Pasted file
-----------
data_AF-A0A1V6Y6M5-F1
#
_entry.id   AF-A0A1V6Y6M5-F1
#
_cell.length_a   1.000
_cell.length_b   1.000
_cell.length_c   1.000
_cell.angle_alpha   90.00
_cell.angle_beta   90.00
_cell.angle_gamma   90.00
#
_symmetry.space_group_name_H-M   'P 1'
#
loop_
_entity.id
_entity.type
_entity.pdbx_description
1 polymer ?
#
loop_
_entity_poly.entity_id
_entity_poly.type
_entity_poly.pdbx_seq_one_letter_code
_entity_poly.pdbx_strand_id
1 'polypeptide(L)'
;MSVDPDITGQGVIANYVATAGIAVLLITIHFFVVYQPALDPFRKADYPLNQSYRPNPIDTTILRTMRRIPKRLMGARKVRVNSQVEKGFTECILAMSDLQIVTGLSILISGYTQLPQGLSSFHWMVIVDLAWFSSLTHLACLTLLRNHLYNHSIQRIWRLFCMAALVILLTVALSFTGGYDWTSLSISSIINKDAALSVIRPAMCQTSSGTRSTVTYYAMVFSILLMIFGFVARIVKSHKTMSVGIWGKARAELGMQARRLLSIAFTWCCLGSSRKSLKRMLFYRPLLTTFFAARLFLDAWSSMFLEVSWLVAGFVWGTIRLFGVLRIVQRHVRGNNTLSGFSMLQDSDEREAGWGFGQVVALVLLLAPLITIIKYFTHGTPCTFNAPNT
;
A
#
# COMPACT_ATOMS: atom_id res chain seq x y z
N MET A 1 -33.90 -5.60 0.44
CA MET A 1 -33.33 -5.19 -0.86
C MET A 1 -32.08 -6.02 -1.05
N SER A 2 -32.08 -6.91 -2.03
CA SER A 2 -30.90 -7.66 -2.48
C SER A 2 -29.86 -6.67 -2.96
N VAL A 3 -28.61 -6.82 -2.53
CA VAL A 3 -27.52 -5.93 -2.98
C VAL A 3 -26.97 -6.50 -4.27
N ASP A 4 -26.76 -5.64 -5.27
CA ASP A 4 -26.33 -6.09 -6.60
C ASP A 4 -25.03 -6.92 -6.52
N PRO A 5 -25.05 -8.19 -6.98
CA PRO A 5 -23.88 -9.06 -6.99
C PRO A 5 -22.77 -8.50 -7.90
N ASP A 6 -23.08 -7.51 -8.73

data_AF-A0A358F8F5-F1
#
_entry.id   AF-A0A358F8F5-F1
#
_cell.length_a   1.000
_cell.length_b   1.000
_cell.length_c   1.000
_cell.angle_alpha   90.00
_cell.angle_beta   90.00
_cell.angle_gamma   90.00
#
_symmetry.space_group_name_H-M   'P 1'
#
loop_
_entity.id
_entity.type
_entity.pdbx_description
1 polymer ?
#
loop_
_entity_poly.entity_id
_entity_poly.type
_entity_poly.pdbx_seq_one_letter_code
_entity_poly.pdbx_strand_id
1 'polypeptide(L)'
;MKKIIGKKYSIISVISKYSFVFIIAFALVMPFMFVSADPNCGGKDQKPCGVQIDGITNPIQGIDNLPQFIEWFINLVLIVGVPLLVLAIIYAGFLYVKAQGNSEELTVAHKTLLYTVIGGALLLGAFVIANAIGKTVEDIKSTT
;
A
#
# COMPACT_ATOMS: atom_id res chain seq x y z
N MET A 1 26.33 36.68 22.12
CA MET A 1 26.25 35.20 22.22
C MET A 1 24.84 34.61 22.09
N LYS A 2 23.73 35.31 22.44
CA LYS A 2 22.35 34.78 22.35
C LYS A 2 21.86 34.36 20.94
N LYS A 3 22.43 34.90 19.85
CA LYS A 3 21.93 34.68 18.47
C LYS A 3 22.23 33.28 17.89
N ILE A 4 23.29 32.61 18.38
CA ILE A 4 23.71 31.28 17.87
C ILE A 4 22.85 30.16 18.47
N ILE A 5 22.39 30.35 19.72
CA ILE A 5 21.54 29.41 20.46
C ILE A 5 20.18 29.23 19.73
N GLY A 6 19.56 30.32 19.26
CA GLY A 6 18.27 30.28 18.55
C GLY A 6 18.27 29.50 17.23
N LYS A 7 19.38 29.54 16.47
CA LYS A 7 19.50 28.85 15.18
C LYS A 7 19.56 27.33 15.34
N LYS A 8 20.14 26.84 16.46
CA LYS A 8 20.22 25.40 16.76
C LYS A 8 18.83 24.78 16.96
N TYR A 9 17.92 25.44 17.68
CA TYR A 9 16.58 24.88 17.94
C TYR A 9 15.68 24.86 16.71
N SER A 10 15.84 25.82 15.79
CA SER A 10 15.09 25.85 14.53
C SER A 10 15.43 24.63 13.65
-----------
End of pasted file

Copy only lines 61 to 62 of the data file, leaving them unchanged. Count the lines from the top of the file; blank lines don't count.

_entity.id
_entity.type